A Colourful Portrait of Vietnam's Ambiguity

In Charlie surfs on Lotus Flowers, published by Akina Books, Simone Sapienza depicts post-war Vietnam through a sequence of metaphorical responses to its current Hollywoodian limbo, surfing himself on a new wave of documentary photography.

© Simone Sapienza, from the book Charlie surfs on Lotus Flowers, published by Akina Books

On the cover, absorbed passers-by walk by a makeshift studio with a background of the same red as the Vietnamese flag. Their faces are barely visible - only their swinging arms give a sense of their pace. When he first went to Vietnam in 2015, Simone Sapienza shot a series of portraits in Ho Chi Minh City of citizens posing in front of this background. He then cropped the pictures and arranged them into a collage representing a mix of the United States and the Vietnamese flag as a way to express the clash between the capitalist values of a younger generation and the older generation running the Communist government.

He also shot unaware pedestrians who would ultimately become metaphors for a country that has been freed from another country, yet ends up longing for that same country’s ideology half a century later. They are anonymous, just as most of the people appearing in the book - their faces hidden under as mask, a jacket, a hand, a spotlight, or radically cropped out of the frame. "A leitmotif of the project is the idea of being hidden, like the Vietcong during the war. They were hidden in the jungle, in tunnels, or as spies in Saigon", Sapienza explains.

© Simone Sapienza, from the book Charlie surfs on Lotus Flowers, published by Akina Books

The accessories replacing the faces are meaningful too – here, it’s a spotlight used on a photo shoot; there, a photo camera; elsewhere, VR goggles. “It's more about the idea of "society of spectacle" than power, illusion, inequality, all things that come up with capitalism. Spectacle is a powerful tool for dictatorships”. The cinematic way in which Sapienza sequences or frames his photographs reinforces this underlying concept - scenes repeat themselves, as in slow-motion, or feature proportions and details that make them appear like props or movie sets.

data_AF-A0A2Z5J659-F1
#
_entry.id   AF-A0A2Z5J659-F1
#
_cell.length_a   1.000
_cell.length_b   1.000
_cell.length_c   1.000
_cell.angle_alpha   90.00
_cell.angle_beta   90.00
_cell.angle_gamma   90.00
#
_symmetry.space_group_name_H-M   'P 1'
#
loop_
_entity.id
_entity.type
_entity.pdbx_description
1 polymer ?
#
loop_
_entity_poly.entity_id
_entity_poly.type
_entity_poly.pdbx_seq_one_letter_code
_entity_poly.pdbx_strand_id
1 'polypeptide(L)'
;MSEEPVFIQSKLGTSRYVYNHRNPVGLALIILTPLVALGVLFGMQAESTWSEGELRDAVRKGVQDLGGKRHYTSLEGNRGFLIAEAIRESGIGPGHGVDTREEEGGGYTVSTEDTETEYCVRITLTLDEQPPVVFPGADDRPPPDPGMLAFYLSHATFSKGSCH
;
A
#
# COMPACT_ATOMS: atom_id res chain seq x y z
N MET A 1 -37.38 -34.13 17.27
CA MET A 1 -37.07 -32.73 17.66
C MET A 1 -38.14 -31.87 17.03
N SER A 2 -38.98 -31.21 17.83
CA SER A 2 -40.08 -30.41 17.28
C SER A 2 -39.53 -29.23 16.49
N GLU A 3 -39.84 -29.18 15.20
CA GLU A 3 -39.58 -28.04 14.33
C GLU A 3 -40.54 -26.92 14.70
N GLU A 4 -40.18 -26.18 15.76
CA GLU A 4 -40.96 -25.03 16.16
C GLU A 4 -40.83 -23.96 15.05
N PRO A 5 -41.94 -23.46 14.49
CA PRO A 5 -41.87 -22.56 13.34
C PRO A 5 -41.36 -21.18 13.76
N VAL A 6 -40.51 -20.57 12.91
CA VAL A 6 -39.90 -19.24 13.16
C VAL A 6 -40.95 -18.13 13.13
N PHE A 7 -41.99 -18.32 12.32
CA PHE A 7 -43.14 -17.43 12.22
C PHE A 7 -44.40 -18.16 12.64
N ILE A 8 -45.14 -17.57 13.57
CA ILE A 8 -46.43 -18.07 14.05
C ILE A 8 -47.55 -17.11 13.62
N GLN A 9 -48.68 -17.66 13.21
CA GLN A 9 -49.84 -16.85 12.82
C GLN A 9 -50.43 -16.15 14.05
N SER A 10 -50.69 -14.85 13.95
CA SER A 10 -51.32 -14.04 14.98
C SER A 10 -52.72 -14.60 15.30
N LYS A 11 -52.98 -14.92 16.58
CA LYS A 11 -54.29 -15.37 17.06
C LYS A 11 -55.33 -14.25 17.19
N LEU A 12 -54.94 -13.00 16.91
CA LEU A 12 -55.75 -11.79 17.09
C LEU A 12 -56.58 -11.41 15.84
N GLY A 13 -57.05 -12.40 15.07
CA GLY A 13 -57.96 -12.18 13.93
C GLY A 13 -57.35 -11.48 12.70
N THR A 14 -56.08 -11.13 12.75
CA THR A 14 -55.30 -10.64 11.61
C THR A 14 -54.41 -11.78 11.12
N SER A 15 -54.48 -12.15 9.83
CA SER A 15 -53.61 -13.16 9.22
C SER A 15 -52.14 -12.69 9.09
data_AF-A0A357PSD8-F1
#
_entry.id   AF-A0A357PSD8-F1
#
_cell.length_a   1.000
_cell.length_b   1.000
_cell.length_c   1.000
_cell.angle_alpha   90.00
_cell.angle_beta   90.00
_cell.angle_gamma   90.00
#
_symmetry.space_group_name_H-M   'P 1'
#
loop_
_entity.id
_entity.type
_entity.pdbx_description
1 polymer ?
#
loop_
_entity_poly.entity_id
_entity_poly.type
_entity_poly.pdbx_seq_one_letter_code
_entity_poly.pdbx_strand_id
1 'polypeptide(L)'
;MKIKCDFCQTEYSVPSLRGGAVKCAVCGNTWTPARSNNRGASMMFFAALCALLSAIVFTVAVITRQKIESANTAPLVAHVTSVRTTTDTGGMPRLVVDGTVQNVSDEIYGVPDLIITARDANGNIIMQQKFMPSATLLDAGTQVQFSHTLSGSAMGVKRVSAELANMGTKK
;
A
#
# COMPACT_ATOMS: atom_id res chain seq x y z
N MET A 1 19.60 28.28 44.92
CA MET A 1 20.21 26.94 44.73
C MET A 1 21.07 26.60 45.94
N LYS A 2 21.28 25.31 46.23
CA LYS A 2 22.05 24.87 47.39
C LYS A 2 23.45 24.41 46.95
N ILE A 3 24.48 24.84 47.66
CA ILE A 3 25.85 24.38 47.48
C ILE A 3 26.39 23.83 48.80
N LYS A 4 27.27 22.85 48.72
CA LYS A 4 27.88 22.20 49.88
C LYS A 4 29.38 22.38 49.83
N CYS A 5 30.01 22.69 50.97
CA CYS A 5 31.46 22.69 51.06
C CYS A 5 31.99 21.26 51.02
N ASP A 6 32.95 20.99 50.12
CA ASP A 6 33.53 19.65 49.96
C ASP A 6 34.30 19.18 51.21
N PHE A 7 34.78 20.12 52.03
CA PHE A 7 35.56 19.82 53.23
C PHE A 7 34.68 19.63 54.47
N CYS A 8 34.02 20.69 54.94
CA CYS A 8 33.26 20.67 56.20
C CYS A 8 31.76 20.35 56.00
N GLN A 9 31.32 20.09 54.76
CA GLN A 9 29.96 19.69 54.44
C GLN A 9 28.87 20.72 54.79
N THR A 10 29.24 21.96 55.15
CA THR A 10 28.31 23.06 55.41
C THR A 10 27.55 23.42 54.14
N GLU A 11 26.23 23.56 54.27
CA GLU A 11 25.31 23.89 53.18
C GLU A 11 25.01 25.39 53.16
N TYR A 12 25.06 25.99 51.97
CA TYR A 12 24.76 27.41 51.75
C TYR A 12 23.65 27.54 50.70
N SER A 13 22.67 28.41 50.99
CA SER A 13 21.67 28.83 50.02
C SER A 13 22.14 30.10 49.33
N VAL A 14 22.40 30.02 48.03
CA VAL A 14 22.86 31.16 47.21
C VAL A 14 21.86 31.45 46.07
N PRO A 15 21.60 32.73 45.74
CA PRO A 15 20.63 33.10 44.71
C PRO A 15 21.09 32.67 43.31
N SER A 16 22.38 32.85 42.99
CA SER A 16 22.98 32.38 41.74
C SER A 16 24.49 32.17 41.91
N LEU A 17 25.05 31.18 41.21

A spread from the book encompasses the book’s motives – that of fake lotus flowers standing along dusty spotlights in the corner of a room, placed across the photo of a herd of news photographers and videographers pointing their cameras towards a cropped scene. "The Lotus Flower is a symbol of Vietnam, it arises with beauty from muddy water, something like Vietnam itself", Sapienza notes. And to add, "in documentary photography, the Vietnam War was a big deal, and photography was quite important to highlight the cruelty of the war. […] But what do we know about Vietnam, at least if we don't study documentary photography? And how? Well, I'd say National Geographic and Hollywood."

© Simone Sapienza, from the book Charlie surfs on Lotus Flowers, published by Akina Books

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Charlie surfs on Lotus Flowers by Simone Sapienza

Published by Akina Books // Design by Valentina Abenavoli

110 pages // 500 copies

The photobook will be launched at Unseen Book Market in Amsterdam (21st - 23rd September). The book signing will be on September 22nd at 7pm. Order your book here.

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Simone Sapienza is a documentary photographer based between Palermo and Sicily, Italy. He has exhibited his work worldwide in festivals, shows, and screenings at JaipurPhoto, Fotoleggendo, Bitume Photofest, Pingyao Festival, Thessaloniki Photobiennale, and many others. Follow him on PHmuseum, Twitter, and Instagram.

Laurence Cornet is a writer and curator based in Brooklyn focusing on cultural and environmental issues.

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